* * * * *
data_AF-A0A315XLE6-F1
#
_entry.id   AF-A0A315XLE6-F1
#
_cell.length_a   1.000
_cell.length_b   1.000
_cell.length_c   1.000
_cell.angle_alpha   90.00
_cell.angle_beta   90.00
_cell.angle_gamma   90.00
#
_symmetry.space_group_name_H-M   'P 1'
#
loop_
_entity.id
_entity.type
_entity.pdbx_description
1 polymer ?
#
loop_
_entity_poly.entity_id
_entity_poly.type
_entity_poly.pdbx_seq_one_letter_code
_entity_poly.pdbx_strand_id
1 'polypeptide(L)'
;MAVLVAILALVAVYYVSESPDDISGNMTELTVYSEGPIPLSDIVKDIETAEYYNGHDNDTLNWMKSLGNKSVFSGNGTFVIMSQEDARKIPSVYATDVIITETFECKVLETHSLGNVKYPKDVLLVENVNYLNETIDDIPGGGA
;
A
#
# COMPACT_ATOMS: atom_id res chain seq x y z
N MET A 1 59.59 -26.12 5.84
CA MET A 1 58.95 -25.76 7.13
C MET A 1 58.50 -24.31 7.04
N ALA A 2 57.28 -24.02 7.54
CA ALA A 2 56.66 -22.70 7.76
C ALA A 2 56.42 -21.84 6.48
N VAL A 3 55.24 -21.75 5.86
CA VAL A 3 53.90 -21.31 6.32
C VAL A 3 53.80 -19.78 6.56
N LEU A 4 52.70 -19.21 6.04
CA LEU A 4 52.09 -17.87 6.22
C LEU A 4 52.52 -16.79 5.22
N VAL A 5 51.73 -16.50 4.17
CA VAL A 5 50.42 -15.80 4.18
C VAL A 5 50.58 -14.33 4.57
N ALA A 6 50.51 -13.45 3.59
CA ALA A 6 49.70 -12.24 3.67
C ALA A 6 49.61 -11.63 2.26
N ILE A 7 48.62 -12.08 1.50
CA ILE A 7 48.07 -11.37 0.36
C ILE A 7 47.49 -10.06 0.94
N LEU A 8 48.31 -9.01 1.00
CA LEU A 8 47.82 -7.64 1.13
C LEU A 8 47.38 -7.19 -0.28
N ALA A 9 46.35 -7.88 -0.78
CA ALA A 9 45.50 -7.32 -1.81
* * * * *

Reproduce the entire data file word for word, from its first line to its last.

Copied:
data_AF-A0A315XLE6-F1
#
_entry.id   AF-A0A315XLE6-F1
#
_cell.length_a   1.000
_cell.length_b   1.000
_cell.length_c   1.000
_cell.angle_alpha   90.00
_cell.angle_beta   90.00
_cell.angle_gamma   90.00
#
_symmetry.space_group_name_H-M   'P 1'
#
loop_
_entity.id
_entity.type
_entity.pdbx_description
1 polymer ?
#
loop_
_entity_poly.entity_id
_entity_poly.type
_entity_poly.pdbx_seq_one_letter_code
_entity_poly.pdbx_strand_id
1 'polypeptide(L)'
;MAVLVAILALVAVYYVSESPDDISGNMTELTVYSEGPIPLSDIVKDIETAEYYNGHDNDTLNWMKSLGNKSVFSGNGTFVIMSQEDARKIPSVYATDVIITETFECKVLETHSLGNVKYPKDVLLVENVNYLNETIDDIPGGGA
;
A
#
# COMPACT_ATOMS: atom_id res chain seq x y z
N MET A 1 59.59 -26.12 5.84
CA MET A 1 58.95 -25.76 7.13
C MET A 1 58.50 -24.31 7.04
N ALA A 2 57.28 -24.02 7.54
CA ALA A 2 56.66 -22.70 7.76
C ALA A 2 56.42 -21.84 6.48
N VAL A 3 55.24 -21.75 5.86
CA VAL A 3 53.90 -21.31 6.32
C VAL A 3 53.80 -19.78 6.56
N LEU A 4 52.70 -19.21 6.04
CA LEU A 4 52.09 -17.87 6.22
C LEU A 4 52.52 -16.79 5.22
N VAL A 5 51.73 -16.50 4.17
CA VAL A 5 50.42 -15.80 4.18
C VAL A 5 50.58 -14.33 4.57
N ALA A 6 50.51 -13.45 3.59
CA ALA A 6 49.70 -12.24 3.67
C ALA A 6 49.61 -11.63 2.26
N ILE A 7 48.62 -12.08 1.50
CA ILE A 7 48.07 -11.37 0.36
C ILE A 7 47.49 -10.06 0.94
N LEU A 8 48.31 -9.01 1.00
CA LEU A 8 47.82 -7.64 1.13
C LEU A 8 47.38 -7.19 -0.28
N ALA A 9 46.35 -7.88 -0.78
CA ALA A 9 45.50 -7.32 -1.81